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Guidance on Benefit Plan Cybersecurity Best Practices

Plan participants now enroll, change elections, review benefits, apply for plan loans and hardship distributions, and access account information through websites and cellphone apps. As electronic access to plan information has increased, so has the interest of hackers in obtaining the wealth of information stored electronically. Recently, the DOL’s Employee Benefits Security Administration (the “EBSA”) issued the following cybersecurity guidance documents to help plan sponsors comply with their duties to protect plan information: Tips for Hiring a Service Provider with Strong Cybersecurity Practices: These tips are intended to help plan sponsors and plan fiduciaries meet their duties under ERISA to prudently select and monitor service providers. They include a list of questions to ask and considerations to make when evaluating potential service providers. Cybersecurity Program Best Practices: This guidance provides a list of 12 best practices intended to help plan fiduciaries mitigate cybersecurity risks and make prudent decisions when selecting… Continue Reading

New Year’s Resolutions to Ensure Proper ERISA Fiduciary and HIPAA Privacy Training

With the start of the new year, a good New Year’s resolution for employers that sponsor ERISA retirement and/or health and welfare benefit plans is to ensure that all current ERISA plan fiduciaries—including any new members of plan administrative and investment committees—have received up-to-date ERISA fiduciary training. ERISA litigation brought against individual plan fiduciaries has significantly increased in recent years. Plan fiduciaries assume responsibilities and make decisions that could potentially subject them to substantial personal liability. To mitigate this risk exposure, each committee member (or other ERISA plan fiduciary) should receive fiduciary training initially upon becoming a plan fiduciary and at least annually thereafter. Plan fiduciaries need to understand (i) when they are acting on behalf of the plan’s participants in a fiduciary capacity, (ii) the different fiduciary roles under a plan and how fiduciary liability can attach in different ways, (iii) the difference between fiduciary decisions and non-fiduciary (“settlor”)… Continue Reading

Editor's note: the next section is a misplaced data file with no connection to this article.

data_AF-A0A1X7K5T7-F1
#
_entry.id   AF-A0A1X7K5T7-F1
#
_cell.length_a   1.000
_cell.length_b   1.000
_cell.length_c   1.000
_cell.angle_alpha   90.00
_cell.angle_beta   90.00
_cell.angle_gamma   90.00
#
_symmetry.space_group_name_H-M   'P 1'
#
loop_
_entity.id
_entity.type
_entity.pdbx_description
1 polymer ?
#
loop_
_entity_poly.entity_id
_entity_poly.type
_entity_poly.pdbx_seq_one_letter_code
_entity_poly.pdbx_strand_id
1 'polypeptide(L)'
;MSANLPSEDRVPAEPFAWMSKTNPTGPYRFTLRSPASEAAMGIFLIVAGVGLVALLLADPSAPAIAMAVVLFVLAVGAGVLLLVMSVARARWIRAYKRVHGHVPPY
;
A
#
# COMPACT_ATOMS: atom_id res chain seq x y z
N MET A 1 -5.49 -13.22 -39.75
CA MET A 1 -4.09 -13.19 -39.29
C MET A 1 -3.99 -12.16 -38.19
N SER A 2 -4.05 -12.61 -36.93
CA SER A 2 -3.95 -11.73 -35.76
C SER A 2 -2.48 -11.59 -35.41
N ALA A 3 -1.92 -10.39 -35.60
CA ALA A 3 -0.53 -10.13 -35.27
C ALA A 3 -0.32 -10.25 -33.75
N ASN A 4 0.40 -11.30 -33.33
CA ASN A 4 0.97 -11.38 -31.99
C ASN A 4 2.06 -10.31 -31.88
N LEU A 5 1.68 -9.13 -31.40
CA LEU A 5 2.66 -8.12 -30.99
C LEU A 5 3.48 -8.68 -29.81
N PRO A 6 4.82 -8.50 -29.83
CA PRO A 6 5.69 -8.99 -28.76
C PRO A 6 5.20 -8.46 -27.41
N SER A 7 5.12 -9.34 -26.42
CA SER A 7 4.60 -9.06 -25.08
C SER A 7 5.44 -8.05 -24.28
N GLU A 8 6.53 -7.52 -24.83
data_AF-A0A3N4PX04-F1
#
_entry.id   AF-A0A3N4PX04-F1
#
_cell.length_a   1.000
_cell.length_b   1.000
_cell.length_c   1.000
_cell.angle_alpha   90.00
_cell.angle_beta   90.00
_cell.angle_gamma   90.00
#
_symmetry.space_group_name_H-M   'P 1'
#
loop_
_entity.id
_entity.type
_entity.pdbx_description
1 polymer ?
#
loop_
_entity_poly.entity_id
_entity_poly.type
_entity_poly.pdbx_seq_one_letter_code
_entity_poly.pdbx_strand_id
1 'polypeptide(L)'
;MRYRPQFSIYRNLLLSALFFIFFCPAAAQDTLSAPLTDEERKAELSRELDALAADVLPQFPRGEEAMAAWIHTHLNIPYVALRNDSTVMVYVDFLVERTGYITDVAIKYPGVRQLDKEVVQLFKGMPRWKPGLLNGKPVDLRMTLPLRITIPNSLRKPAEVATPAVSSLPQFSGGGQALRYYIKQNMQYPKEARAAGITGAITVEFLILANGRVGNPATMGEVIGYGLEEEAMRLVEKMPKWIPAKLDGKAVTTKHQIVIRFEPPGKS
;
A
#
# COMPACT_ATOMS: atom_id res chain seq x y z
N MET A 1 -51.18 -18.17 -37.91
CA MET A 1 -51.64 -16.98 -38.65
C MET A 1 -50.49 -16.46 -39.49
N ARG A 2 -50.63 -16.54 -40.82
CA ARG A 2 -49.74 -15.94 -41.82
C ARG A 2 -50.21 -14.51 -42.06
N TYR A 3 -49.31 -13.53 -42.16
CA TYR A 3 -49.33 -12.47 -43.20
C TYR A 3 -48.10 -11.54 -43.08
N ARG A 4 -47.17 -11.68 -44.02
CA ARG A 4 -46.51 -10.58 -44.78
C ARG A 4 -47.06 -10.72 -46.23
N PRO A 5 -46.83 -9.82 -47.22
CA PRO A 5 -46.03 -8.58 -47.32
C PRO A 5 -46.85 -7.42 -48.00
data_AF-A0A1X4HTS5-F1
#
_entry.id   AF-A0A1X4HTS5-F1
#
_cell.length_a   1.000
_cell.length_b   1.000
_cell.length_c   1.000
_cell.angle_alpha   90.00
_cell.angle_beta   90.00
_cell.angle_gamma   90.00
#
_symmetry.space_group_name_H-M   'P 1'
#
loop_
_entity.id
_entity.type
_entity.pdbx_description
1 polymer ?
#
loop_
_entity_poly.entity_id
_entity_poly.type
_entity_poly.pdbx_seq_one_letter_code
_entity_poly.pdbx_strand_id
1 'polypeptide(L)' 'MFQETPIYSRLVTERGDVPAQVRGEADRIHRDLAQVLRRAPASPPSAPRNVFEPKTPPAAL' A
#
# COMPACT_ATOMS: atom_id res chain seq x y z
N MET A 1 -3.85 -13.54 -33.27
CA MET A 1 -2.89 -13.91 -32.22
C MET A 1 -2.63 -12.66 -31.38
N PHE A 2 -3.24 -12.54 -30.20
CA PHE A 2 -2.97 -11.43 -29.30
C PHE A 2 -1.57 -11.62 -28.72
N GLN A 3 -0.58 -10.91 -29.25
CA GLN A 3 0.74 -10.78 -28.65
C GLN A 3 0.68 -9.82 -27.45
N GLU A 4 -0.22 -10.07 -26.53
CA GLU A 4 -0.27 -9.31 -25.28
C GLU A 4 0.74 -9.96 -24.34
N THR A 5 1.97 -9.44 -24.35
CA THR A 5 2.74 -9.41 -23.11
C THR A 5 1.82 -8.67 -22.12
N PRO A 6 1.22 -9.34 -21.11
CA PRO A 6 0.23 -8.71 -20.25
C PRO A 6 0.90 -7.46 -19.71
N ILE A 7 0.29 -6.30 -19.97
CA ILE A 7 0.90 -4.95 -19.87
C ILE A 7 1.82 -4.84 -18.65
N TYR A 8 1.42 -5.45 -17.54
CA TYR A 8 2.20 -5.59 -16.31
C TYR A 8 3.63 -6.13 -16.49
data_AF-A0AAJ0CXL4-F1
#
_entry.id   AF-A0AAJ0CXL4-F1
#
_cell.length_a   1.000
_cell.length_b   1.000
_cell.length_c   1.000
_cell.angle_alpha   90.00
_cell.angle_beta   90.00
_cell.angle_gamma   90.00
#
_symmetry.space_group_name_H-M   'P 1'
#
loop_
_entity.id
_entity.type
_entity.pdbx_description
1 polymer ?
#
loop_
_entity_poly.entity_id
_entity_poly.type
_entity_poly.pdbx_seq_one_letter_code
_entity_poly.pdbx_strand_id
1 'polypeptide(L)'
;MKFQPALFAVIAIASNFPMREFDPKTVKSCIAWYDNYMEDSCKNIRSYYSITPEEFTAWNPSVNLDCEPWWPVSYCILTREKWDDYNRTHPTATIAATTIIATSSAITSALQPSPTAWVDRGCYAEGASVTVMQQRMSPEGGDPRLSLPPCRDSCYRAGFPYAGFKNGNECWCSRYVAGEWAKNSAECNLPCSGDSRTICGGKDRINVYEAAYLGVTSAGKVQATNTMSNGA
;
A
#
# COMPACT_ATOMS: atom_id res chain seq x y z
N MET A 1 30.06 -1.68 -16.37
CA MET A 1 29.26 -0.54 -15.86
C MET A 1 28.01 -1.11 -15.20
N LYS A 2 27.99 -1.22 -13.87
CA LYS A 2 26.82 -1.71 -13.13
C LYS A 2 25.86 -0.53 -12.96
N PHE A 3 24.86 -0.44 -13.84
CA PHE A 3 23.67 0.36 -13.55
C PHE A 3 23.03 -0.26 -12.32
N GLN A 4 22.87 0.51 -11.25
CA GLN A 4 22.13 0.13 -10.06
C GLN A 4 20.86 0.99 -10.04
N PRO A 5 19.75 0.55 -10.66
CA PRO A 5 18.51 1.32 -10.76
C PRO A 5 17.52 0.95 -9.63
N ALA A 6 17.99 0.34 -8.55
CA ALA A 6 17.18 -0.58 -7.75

Is it Time for an Investment Committee Tune-up?

Companies sponsoring a 401(k) plan to help their employees save for retirement often form an investment committee to help select plan investments without realizing the duties that the committee assumes.  To help prevent investment committee members from unintentionally breaching their fiduciary duties, companies periodically review their investment committee compliance and should keep complete records of appointments, policies, and procedures.  The following investment committee checklist can be a starting point for this review: Review the underlying plan document to determine who it lists as the “named fiduciary”.  Most plan documents provided by third party administrators list the “plan sponsor” as the named fiduciary, which means the board of directors is the governing body responsible for acting as a fiduciary, absent a delegation of such fiduciary responsibility by the board of directors to a committee.  If your plan lists the “plan sponsor” as the named fiduciary and you have a committee selecting… Continue Reading

June 2021
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